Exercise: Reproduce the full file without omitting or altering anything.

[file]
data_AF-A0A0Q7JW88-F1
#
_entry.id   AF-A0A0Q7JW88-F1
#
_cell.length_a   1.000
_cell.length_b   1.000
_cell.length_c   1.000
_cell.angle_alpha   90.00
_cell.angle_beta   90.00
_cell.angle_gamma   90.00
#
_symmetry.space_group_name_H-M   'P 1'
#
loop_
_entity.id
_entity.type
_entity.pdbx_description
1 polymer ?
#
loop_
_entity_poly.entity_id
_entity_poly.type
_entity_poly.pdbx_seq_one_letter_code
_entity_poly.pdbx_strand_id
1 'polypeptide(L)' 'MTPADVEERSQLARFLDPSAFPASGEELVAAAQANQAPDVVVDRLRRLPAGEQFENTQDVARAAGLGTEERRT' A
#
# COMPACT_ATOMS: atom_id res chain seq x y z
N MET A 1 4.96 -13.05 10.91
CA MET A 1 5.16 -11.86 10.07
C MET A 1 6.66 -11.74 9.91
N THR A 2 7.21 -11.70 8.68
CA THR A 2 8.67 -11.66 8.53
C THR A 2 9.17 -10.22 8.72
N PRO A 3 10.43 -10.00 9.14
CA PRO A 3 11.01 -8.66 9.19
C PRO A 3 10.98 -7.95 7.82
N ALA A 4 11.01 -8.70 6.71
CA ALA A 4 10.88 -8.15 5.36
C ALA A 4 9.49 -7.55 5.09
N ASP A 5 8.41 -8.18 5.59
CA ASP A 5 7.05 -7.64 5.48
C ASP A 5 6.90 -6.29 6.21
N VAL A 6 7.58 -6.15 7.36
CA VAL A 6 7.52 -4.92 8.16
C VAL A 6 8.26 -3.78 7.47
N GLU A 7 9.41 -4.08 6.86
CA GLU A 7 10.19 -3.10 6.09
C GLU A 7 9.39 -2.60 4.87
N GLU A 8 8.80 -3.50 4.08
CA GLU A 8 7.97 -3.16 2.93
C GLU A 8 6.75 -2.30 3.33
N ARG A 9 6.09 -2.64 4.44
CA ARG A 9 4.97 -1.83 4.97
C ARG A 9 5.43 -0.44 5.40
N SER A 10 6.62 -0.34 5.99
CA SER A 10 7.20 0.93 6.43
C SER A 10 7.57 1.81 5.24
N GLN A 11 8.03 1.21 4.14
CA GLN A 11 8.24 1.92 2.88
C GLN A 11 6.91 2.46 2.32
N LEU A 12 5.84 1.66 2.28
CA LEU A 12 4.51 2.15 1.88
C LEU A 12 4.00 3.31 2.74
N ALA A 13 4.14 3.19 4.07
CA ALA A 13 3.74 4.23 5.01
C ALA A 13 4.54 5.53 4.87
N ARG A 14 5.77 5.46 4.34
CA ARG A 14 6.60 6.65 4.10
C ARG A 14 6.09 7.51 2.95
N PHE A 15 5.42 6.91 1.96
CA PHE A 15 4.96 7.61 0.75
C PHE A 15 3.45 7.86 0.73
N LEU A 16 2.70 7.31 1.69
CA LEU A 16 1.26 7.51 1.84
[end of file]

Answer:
data_AF-A0A0Q7JW88-F1
#
_entry.id   AF-A0A0Q7JW88-F1
#
_cell.length_a   1.000
_cell.length_b   1.000
_cell.length_c   1.000
_cell.angle_alpha   90.00
_cell.angle_beta   90.00
_cell.angle_gamma   90.00
#
_symmetry.space_group_name_H-M   'P 1'
#
loop_
_entity.id
_entity.type
_entity.pdbx_description
1 polymer ?
#
loop_
_entity_poly.entity_id
_entity_poly.type
_entity_poly.pdbx_seq_one_letter_code
_entity_poly.pdbx_strand_id
1 'polypeptide(L)' 'MTPADVEERSQLARFLDPSAFPASGEELVAAAQANQAPDVVVDRLRRLPAGEQFENTQDVARAAGLGTEERRT' A
#
# COMPACT_ATOMS: atom_id res chain seq x y z
N MET A 1 4.96 -13.05 10.91
CA MET A 1 5.16 -11.86 10.07
C MET A 1 6.66 -11.74 9.91
N THR A 2 7.21 -11.70 8.68
CA THR A 2 8.67 -11.66 8.53
C THR A 2 9.17 -10.22 8.72
N PRO A 3 10.43 -10.00 9.14
CA PRO A 3 11.01 -8.66 9.19
C PRO A 3 10.98 -7.95 7.82
N ALA A 4 11.01 -8.70 6.71
CA ALA A 4 10.88 -8.15 5.36
C ALA A 4 9.49 -7.55 5.09
N ASP A 5 8.41 -8.18 5.59
CA ASP A 5 7.05 -7.64 5.48
C ASP A 5 6.90 -6.29 6.21
N VAL A 6 7.58 -6.15 7.36
CA VAL A 6 7.52 -4.92 8.16
C VAL A 6 8.26 -3.78 7.47
N GLU A 7 9.41 -4.08 6.86
CA GLU A 7 10.19 -3.10 6.09
C GLU A 7 9.39 -2.60 4.87
N GLU A 8 8.80 -3.50 4.08
CA GLU A 8 7.97 -3.16 2.93
C GLU A 8 6.75 -2.30 3.33
N ARG A 9 6.09 -2.64 4.44
CA ARG A 9 4.97 -1.83 4.97
C ARG A 9 5.43 -0.44 5.40
N SER A 10 6.62 -0.34 5.99
CA SER A 10 7.20 0.93 6.43
C SER A 10 7.57 1.81 5.24
N GLN A 11 8.03 1.21 4.14
CA GLN A 11 8.24 1.92 2.88
C GLN A 11 6.91 2.46 2.32
N LEU A 12 5.84 1.66 2.28
CA LEU A 12 4.51 2.15 1.88
C LEU A 12 4.00 3.31 2.74
N ALA A 13 4.14 3.19 4.07
CA ALA A 13 3.74 4.23 5.01
C ALA A 13 4.54 5.53 4.87
N ARG A 14 5.77 5.46 4.34
CA ARG A 14 6.60 6.65 4.10
C ARG A 14 6.09 7.51 2.95
N PHE A 15 5.42 6.91 1.96
CA PHE A 15 4.96 7.61 0.75
C PHE A 15 3.45 7.86 0.73
N LEU A 16 2.70 7.31 1.69
CA LEU A 16 1.26 7.51 1.84